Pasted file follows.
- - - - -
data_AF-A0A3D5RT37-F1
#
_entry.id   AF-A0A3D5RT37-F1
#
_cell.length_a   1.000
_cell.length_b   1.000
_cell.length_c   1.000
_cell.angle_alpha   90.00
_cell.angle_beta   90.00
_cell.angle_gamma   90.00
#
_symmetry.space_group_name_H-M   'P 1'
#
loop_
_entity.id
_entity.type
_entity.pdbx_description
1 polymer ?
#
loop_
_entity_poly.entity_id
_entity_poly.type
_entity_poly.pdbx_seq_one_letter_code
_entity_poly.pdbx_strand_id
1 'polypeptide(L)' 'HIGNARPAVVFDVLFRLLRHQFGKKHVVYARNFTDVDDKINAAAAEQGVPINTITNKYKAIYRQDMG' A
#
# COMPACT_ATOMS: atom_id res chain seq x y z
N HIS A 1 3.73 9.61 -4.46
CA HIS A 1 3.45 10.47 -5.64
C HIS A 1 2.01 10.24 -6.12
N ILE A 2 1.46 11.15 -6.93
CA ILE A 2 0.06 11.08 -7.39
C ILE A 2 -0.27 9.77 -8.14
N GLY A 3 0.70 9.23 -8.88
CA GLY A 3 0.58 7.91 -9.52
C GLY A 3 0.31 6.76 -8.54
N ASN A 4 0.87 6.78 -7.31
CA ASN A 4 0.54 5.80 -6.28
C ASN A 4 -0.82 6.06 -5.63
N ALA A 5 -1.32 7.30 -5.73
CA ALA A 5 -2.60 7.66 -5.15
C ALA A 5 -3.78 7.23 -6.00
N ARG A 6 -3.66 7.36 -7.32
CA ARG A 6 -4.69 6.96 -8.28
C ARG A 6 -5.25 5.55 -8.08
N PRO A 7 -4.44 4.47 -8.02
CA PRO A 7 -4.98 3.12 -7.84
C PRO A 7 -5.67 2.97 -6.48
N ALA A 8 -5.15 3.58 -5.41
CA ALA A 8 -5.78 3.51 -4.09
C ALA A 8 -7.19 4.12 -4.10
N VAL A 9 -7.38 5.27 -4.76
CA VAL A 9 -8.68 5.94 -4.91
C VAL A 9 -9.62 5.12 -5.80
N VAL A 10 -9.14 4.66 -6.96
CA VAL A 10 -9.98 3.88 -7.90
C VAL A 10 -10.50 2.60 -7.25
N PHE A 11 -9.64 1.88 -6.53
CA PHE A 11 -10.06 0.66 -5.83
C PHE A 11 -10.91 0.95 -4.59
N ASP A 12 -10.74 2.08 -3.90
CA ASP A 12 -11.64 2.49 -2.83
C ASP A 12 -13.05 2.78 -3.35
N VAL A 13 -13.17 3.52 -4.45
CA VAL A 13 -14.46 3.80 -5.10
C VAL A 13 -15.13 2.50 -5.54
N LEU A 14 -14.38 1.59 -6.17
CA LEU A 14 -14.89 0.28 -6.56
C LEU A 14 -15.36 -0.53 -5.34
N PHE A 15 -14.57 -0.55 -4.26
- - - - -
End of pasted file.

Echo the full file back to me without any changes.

data_AF-A0A3D5RT37-F1
#
_entry.id   AF-A0A3D5RT37-F1
#
_cell.length_a   1.000
_cell.length_b   1.000
_cell.length_c   1.000
_cell.angle_alpha   90.00
_cell.angle_beta   90.00
_cell.angle_gamma   90.00
#
_symmetry.space_group_name_H-M   'P 1'
#
loop_
_entity.id
_entity.type
_entity.pdbx_description
1 polymer ?
#
loop_
_entity_poly.entity_id
_entity_poly.type
_entity_poly.pdbx_seq_one_letter_code
_entity_poly.pdbx_strand_id
1 'polypeptide(L)' 'HIGNARPAVVFDVLFRLLRHQFGKKHVVYARNFTDVDDKINAAAAEQGVPINTITNKYKAIYRQDMG' A
#
# COMPACT_ATOMS: atom_id res chain seq x y z
N HIS A 1 3.73 9.61 -4.46
CA HIS A 1 3.45 10.47 -5.64
C HIS A 1 2.01 10.24 -6.12
N ILE A 2 1.46 11.15 -6.93
CA ILE A 2 0.06 11.08 -7.39
C ILE A 2 -0.27 9.77 -8.14
N GLY A 3 0.70 9.23 -8.88
CA GLY A 3 0.58 7.91 -9.52
C GLY A 3 0.31 6.76 -8.54
N ASN A 4 0.87 6.78 -7.31
CA ASN A 4 0.54 5.80 -6.28
C ASN A 4 -0.82 6.06 -5.63
N ALA A 5 -1.32 7.30 -5.73
CA ALA A 5 -2.60 7.66 -5.15
C ALA A 5 -3.78 7.23 -6.00
N ARG A 6 -3.66 7.36 -7.32
CA ARG A 6 -4.69 6.96 -8.28
C ARG A 6 -5.25 5.55 -8.08
N PRO A 7 -4.44 4.47 -8.02
CA PRO A 7 -4.98 3.12 -7.84
C PRO A 7 -5.67 2.97 -6.48
N ALA A 8 -5.15 3.58 -5.41
CA ALA A 8 -5.78 3.51 -4.09
C ALA A 8 -7.19 4.12 -4.10
N VAL A 9 -7.38 5.27 -4.76
CA VAL A 9 -8.68 5.94 -4.91
C VAL A 9 -9.62 5.12 -5.80
N VAL A 10 -9.14 4.66 -6.96
CA VAL A 10 -9.98 3.88 -7.90
C VAL A 10 -10.50 2.60 -7.25
N PHE A 11 -9.64 1.88 -6.53
CA PHE A 11 -10.06 0.66 -5.83
C PHE A 11 -10.91 0.95 -4.59
N ASP A 12 -10.74 2.08 -3.90
CA ASP A 12 -11.64 2.49 -2.83
C ASP A 12 -13.05 2.78 -3.35
N VAL A 13 -13.17 3.52 -4.45
CA VAL A 13 -14.46 3.80 -5.10
C VAL A 13 -15.13 2.50 -5.54
N LEU A 14 -14.38 1.59 -6.17
CA LEU A 14 -14.89 0.28 -6.56
C LEU A 14 -15.36 -0.53 -5.34
N PHE A 15 -14.57 -0.55 -4.26